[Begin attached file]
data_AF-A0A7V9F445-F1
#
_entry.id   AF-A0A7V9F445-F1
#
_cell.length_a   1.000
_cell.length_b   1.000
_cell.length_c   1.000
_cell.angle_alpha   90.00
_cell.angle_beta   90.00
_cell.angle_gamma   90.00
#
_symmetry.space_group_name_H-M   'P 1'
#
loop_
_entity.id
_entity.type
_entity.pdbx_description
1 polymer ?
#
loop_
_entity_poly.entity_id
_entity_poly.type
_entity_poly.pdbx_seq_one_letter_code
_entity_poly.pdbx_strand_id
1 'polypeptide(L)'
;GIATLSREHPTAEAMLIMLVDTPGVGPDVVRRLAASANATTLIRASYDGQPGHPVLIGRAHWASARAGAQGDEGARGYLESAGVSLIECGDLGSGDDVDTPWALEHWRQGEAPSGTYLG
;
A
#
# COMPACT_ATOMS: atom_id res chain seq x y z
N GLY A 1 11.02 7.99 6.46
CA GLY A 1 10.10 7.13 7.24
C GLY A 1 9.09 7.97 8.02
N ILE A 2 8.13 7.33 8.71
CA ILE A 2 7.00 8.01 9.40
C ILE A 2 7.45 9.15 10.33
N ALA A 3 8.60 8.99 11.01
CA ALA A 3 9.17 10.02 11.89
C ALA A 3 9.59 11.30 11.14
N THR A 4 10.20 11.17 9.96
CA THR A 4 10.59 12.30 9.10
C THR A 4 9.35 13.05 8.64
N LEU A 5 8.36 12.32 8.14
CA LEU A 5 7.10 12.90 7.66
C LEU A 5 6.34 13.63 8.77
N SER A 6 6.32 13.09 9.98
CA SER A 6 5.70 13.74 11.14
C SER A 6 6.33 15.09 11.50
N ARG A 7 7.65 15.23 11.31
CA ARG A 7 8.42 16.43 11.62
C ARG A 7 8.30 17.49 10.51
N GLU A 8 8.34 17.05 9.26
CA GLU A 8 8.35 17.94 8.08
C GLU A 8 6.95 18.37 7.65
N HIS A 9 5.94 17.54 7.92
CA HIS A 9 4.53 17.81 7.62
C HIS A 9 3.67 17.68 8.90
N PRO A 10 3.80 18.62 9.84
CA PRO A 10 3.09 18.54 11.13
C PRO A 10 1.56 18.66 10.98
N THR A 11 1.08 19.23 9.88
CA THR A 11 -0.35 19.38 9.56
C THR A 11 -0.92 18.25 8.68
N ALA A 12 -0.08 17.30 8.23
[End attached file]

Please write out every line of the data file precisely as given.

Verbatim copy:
data_AF-A0A7V9F445-F1
#
_entry.id   AF-A0A7V9F445-F1
#
_cell.length_a   1.000
_cell.length_b   1.000
_cell.length_c   1.000
_cell.angle_alpha   90.00
_cell.angle_beta   90.00
_cell.angle_gamma   90.00
#
_symmetry.space_group_name_H-M   'P 1'
#
loop_
_entity.id
_entity.type
_entity.pdbx_description
1 polymer ?
#
loop_
_entity_poly.entity_id
_entity_poly.type
_entity_poly.pdbx_seq_one_letter_code
_entity_poly.pdbx_strand_id
1 'polypeptide(L)'
;GIATLSREHPTAEAMLIMLVDTPGVGPDVVRRLAASANATTLIRASYDGQPGHPVLIGRAHWASARAGAQGDEGARGYLESAGVSLIECGDLGSGDDVDTPWALEHWRQGEAPSGTYLG
;
A
#
# COMPACT_ATOMS: atom_id res chain seq x y z
N GLY A 1 11.02 7.99 6.46
CA GLY A 1 10.10 7.13 7.24
C GLY A 1 9.09 7.97 8.02
N ILE A 2 8.13 7.33 8.71
CA ILE A 2 7.00 8.01 9.40
C ILE A 2 7.45 9.15 10.33
N ALA A 3 8.60 8.99 11.01
CA ALA A 3 9.17 10.02 11.89
C ALA A 3 9.59 11.30 11.14
N THR A 4 10.20 11.17 9.96
CA THR A 4 10.59 12.30 9.10
C THR A 4 9.35 13.05 8.64
N LEU A 5 8.36 12.32 8.14
CA LEU A 5 7.10 12.90 7.66
C LEU A 5 6.34 13.63 8.77
N SER A 6 6.32 13.09 9.98
CA SER A 6 5.70 13.74 11.14
C SER A 6 6.33 15.09 11.50
N ARG A 7 7.65 15.23 11.31
CA ARG A 7 8.42 16.43 11.62
C ARG A 7 8.30 17.49 10.51
N GLU A 8 8.34 17.05 9.26
CA GLU A 8 8.35 17.94 8.08
C GLU A 8 6.95 18.37 7.65
N HIS A 9 5.94 17.54 7.92
CA HIS A 9 4.53 17.81 7.62
C HIS A 9 3.67 17.68 8.90
N PRO A 10 3.80 18.62 9.84
CA PRO A 10 3.09 18.54 11.13
C PRO A 10 1.56 18.66 10.98
N THR A 11 1.08 19.23 9.88
CA THR A 11 -0.35 19.38 9.56
C THR A 11 -0.92 18.25 8.68
N ALA A 12 -0.08 17.30 8.23